acoustic blueprinting

acous•tic blue•print•ing: The process of refining an instrument for most
efficient operation with minimal noise, sweetest tone, and most open feel.

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Instruments are most happy when all the parts work in harmony with themselves
and with each other to provide the cleanest tone and quickest, most even
response.  My system works by examining and adjusting the pieces of and entire
instrument to the extent feasible.  Each step only makes a small difference, but
the overall effect is to get a sweeter and more open sounding instrument that
responds evenly and quickly, and projects well through putting energy cleanly
into the upper overtones.  

The power of the clean vibration of individual pieces is demonstrated by the
advanced tuning given marimba bars.  For example, take a look at
http://www.  In an assembled instrument, the parts still like to
do what they do, and they have to be comfortable with the pieces of wood they’re
attached to, and work with the whole instrument.   

Our general approach is to first get the setup and basic construction elements
worked out, then adjust the balance and projection of the instrument.  The violin
provides a good outline of the general approach:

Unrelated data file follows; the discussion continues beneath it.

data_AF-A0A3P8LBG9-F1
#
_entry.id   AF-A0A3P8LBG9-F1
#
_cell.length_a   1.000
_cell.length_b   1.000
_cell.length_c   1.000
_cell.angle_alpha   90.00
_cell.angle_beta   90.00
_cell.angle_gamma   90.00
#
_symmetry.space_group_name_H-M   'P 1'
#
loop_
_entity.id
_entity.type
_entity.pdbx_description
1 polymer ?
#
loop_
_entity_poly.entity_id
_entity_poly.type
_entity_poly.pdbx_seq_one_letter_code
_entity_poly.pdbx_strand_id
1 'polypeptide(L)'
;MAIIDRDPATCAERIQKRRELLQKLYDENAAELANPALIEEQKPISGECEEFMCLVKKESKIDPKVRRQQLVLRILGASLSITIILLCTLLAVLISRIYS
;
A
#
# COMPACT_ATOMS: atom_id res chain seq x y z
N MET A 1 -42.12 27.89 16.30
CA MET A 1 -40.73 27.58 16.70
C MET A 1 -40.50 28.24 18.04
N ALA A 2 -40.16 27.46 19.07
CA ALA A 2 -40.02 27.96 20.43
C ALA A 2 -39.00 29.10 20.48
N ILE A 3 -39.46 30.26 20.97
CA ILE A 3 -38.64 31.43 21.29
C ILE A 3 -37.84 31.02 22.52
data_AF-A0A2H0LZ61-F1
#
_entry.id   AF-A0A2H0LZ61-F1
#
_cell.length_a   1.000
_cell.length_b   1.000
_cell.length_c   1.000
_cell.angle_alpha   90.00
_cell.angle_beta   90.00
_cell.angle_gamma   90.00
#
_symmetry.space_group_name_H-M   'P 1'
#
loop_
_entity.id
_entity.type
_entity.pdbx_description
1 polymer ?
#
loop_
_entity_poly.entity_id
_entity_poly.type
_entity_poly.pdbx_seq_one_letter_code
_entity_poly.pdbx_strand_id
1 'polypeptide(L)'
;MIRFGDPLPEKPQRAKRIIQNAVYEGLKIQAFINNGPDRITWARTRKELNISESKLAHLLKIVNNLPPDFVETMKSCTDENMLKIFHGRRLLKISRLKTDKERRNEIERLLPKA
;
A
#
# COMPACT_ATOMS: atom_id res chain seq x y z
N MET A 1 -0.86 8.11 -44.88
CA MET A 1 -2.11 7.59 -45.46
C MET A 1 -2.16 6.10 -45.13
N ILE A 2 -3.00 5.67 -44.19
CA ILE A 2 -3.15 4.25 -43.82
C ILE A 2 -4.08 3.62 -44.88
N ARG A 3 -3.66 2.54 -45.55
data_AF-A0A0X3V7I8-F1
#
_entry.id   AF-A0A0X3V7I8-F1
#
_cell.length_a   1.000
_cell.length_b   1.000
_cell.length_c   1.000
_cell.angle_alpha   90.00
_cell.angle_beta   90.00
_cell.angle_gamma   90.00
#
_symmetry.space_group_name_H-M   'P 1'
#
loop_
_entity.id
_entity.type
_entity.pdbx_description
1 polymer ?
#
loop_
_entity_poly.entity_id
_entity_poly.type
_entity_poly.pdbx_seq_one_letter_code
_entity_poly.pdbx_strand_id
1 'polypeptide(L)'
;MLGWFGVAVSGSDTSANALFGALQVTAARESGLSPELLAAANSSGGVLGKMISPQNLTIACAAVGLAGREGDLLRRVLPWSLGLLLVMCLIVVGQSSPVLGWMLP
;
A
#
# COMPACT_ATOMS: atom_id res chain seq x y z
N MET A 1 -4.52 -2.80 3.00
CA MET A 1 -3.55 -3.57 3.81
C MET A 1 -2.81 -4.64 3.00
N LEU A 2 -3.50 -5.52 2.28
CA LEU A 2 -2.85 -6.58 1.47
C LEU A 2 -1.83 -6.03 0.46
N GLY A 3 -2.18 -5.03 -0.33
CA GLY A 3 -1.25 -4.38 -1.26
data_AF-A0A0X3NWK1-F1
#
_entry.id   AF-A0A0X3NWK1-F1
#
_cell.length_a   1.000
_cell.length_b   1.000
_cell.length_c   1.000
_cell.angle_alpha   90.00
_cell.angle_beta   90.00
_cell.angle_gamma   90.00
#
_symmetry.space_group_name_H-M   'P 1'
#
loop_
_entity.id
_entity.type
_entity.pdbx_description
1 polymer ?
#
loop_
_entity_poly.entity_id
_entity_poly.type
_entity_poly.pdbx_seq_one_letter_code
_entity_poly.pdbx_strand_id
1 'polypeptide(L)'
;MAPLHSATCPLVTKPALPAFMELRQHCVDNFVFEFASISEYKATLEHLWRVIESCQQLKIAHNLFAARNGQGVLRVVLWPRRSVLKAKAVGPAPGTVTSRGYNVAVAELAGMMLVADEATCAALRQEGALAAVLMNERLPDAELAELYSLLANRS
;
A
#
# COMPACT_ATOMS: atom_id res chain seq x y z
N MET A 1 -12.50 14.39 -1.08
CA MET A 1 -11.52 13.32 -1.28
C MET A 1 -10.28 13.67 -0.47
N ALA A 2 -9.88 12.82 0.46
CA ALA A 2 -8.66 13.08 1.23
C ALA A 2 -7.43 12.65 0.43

1.  Set the B0 bending pitch to match the “Zaltone” singing pitch of the
instrument’s body.  This isn’t feasible on mandolins and guitars.

2.  Make minor adjustments to the ribs, linings, blocks, bass bar (or tone bars, or
braces) to make each piece of wood resonate cleanly.  

3.  Work out irregular areas of the top and back, that is, areas that are bright or
dull compared to that tapped pitch generally found across the plate.

4.  Adjust the bridge for clarity, balance, and projection.  This isn’t as feasible on
guitars, but some things can be done.

5.  Adjust tone by working “cross-over” areas of the top.  This isn’t as applicable
to guitars, but a bit can be done.

6.  Adjust brilliance by slightly lightening appropriate areas of the top.

7.  Finally adjust the evenness of response around F holes or other ports.

This whole process gets repeated, partially or completely, several times.  Each
step tends to influence the previous ones just a little.  

The results are generally quite clear.  Less energy goes into noise, non-musical
sound.  More energy goes into the sound that the instrument is designed to
produce.  There’s greater clarity and sweetness.  Volume often appears to
increase, although that may simply be a redirection of energy away from noise
and into useful areas.  The greater efficiency shows up in more consistent and
faster response.

None of this work will make a bad component or ineffectively designed and build
instrument into a masterpiece.  The work can only reveal what’s concealed in a
particular instrument.  

gianna, inc. – friendsville, tennessee, usa –  skype – – 865-995-9546